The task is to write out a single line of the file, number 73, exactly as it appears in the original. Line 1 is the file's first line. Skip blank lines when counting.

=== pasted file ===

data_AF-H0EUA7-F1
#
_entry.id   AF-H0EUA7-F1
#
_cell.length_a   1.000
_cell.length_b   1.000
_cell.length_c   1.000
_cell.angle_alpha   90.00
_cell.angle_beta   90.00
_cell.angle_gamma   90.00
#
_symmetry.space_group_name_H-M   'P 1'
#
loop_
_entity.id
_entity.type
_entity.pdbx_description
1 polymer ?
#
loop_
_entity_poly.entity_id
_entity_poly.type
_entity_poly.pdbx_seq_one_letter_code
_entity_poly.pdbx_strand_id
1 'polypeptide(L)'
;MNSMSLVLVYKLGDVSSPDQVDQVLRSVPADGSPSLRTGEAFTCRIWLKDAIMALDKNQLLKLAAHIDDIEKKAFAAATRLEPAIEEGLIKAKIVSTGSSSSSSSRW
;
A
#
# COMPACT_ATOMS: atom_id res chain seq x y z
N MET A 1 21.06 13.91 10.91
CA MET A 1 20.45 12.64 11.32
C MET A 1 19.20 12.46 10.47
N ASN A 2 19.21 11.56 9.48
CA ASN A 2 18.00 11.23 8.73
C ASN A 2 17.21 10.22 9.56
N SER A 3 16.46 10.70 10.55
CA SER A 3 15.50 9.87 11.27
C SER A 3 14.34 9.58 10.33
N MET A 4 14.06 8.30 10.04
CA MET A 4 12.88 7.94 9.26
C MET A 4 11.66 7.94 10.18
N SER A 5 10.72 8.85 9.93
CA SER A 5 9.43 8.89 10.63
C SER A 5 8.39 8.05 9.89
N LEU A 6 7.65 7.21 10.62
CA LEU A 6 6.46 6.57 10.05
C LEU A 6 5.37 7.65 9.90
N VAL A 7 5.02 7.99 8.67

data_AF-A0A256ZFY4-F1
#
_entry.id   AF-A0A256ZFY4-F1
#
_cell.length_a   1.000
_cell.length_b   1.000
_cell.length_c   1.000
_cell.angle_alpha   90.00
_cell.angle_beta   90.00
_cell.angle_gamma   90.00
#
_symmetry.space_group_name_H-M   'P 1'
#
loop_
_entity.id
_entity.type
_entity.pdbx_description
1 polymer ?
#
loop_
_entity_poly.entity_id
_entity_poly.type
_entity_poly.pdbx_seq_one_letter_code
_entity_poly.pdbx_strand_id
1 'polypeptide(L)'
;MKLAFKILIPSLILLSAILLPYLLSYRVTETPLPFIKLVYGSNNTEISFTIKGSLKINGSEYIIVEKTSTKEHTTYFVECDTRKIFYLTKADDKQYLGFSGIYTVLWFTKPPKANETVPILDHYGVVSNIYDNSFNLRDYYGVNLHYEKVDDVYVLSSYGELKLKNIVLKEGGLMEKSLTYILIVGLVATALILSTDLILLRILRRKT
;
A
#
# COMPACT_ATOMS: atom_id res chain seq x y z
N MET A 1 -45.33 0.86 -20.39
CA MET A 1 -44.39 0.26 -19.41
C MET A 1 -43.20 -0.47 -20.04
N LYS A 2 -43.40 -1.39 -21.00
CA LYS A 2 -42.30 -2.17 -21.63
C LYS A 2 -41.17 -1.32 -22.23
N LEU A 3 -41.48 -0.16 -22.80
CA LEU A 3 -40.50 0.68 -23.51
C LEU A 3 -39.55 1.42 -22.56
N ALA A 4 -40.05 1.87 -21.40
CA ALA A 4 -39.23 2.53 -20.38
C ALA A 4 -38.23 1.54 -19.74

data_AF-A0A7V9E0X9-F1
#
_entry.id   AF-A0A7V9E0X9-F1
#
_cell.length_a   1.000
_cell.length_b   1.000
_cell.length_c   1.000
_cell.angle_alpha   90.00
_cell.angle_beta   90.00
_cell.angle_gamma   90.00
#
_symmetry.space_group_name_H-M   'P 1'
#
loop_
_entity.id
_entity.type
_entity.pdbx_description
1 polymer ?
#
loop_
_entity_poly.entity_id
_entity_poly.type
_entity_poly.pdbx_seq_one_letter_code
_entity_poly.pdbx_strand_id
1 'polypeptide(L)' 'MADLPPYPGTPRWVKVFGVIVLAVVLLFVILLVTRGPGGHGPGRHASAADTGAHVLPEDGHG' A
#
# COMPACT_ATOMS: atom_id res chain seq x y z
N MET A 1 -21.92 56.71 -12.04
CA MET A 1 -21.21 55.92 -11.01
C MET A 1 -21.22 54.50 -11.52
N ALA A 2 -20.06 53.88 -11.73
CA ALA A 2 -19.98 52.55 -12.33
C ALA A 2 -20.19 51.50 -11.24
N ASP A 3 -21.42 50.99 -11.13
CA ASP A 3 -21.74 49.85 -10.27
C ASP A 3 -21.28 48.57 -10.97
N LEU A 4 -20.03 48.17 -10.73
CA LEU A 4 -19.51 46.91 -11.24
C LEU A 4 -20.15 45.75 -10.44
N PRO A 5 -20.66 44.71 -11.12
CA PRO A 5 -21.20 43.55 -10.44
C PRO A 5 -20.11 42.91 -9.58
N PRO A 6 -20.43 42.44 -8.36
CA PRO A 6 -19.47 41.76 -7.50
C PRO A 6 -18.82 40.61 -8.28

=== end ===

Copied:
_entity_poly.pdbx_strand_id